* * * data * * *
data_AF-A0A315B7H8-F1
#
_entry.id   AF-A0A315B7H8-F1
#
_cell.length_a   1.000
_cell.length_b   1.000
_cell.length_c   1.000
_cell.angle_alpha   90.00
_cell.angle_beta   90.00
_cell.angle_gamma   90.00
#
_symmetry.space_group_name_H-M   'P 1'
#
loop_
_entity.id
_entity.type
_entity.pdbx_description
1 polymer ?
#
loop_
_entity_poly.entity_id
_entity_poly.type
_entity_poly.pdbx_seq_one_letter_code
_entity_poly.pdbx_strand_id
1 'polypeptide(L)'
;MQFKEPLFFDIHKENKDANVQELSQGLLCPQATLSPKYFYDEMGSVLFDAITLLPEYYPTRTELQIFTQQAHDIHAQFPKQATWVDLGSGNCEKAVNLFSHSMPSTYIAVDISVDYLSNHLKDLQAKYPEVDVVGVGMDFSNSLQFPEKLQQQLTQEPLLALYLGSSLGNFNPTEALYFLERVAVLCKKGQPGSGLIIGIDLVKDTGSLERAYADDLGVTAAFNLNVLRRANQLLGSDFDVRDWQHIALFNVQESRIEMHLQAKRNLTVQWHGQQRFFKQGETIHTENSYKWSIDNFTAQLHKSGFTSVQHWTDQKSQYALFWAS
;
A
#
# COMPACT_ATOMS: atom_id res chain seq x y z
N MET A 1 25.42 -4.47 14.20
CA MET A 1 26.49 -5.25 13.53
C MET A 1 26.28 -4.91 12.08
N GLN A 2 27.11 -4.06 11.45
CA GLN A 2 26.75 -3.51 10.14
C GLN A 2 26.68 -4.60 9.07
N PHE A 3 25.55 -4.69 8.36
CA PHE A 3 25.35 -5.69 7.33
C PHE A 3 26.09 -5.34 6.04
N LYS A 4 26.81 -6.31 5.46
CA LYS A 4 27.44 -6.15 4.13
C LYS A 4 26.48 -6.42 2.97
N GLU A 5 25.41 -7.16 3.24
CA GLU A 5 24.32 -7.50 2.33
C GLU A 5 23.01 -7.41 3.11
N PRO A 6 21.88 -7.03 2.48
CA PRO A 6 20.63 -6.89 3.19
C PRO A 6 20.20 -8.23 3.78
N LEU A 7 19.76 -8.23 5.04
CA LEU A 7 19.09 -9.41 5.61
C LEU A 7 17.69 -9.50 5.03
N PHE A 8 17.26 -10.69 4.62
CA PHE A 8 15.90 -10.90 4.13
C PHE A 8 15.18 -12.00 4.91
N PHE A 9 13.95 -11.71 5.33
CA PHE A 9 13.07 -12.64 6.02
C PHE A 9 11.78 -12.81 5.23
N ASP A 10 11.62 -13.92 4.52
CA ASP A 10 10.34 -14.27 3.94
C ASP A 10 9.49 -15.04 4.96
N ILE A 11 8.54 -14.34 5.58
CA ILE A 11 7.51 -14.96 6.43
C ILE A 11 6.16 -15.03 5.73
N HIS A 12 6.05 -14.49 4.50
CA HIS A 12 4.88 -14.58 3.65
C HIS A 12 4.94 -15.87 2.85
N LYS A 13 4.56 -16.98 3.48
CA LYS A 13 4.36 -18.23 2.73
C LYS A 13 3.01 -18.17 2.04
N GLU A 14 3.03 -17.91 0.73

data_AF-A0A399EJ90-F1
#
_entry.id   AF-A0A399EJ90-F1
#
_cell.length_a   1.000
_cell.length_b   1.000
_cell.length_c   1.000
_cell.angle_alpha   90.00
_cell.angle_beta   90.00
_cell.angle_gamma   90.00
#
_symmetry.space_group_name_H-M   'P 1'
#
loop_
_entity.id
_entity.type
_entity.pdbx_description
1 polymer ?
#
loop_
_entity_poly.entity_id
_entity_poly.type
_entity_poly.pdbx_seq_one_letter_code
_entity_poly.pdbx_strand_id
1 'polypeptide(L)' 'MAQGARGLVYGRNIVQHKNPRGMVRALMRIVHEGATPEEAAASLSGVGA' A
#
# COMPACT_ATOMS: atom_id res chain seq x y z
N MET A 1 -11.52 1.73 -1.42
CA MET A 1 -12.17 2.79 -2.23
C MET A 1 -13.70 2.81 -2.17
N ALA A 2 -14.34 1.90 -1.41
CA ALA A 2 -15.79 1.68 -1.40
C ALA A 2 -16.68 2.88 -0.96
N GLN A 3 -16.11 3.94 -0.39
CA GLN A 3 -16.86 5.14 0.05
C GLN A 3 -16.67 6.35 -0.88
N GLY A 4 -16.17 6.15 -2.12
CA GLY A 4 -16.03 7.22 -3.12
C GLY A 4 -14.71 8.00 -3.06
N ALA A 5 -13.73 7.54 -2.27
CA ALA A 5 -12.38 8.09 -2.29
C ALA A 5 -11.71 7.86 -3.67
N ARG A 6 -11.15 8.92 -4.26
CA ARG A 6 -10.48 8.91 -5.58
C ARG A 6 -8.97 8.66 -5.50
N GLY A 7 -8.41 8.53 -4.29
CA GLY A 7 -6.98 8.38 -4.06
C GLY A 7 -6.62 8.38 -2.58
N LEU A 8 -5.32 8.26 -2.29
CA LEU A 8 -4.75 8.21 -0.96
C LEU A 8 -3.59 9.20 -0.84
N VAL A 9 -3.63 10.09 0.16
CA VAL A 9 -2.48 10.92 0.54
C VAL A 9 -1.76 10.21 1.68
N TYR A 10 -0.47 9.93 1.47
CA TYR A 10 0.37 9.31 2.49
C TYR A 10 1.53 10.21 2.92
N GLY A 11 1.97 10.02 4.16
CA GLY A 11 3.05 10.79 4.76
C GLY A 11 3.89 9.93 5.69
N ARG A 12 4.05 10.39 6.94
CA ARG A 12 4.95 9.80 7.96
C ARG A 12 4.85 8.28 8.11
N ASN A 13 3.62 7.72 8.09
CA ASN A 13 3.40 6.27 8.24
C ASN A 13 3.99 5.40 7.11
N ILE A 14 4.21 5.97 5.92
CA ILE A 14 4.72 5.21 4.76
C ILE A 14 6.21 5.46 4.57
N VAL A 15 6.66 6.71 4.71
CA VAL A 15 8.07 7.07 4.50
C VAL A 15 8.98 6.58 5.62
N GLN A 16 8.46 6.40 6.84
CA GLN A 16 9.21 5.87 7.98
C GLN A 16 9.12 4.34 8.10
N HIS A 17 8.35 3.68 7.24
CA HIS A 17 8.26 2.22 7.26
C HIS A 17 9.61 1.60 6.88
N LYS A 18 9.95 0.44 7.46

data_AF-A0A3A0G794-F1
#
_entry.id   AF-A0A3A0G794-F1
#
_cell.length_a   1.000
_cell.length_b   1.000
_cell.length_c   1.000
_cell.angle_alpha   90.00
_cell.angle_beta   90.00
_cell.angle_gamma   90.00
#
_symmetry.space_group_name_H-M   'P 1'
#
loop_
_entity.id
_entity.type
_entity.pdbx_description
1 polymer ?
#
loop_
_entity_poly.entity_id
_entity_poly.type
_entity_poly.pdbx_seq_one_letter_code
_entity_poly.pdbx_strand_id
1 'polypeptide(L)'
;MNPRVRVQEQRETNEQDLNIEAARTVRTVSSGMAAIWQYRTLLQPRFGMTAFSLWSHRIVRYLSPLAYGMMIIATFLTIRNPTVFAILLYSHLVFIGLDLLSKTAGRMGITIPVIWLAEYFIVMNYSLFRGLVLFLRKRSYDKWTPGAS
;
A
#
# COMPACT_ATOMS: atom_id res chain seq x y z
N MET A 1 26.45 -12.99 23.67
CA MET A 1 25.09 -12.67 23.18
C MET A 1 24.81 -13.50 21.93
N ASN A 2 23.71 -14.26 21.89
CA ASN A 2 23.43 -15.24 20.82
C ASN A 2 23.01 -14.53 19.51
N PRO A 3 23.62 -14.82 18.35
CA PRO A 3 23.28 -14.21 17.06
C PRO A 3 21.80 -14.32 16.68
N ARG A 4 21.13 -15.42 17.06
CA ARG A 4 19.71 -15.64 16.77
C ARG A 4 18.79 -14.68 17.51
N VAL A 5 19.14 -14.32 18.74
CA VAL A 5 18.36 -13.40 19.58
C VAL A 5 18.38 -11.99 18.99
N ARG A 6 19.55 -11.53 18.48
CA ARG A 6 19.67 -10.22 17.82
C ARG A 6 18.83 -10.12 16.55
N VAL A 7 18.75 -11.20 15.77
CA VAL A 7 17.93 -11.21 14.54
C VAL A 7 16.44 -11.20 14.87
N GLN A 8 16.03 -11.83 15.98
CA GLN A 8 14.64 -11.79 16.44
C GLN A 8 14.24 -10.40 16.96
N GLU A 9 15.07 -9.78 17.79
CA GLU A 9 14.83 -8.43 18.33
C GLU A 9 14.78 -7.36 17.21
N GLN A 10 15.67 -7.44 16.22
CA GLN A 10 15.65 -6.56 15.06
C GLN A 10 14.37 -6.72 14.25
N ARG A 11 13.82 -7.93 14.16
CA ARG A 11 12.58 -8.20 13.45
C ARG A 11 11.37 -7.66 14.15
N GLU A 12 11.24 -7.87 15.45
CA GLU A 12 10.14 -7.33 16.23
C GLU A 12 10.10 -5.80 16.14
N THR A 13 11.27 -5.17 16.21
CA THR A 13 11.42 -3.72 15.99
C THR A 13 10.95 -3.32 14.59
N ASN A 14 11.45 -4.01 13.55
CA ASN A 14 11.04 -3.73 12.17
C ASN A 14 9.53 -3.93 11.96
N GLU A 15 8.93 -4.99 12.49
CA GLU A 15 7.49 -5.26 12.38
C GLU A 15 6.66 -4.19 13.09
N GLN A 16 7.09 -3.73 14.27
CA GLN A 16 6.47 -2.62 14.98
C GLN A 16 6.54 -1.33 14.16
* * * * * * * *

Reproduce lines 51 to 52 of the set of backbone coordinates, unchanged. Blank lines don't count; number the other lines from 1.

C LEU A 7 17.69 -9.50 5.03
N PHE A 8 17.26 -10.69 4.62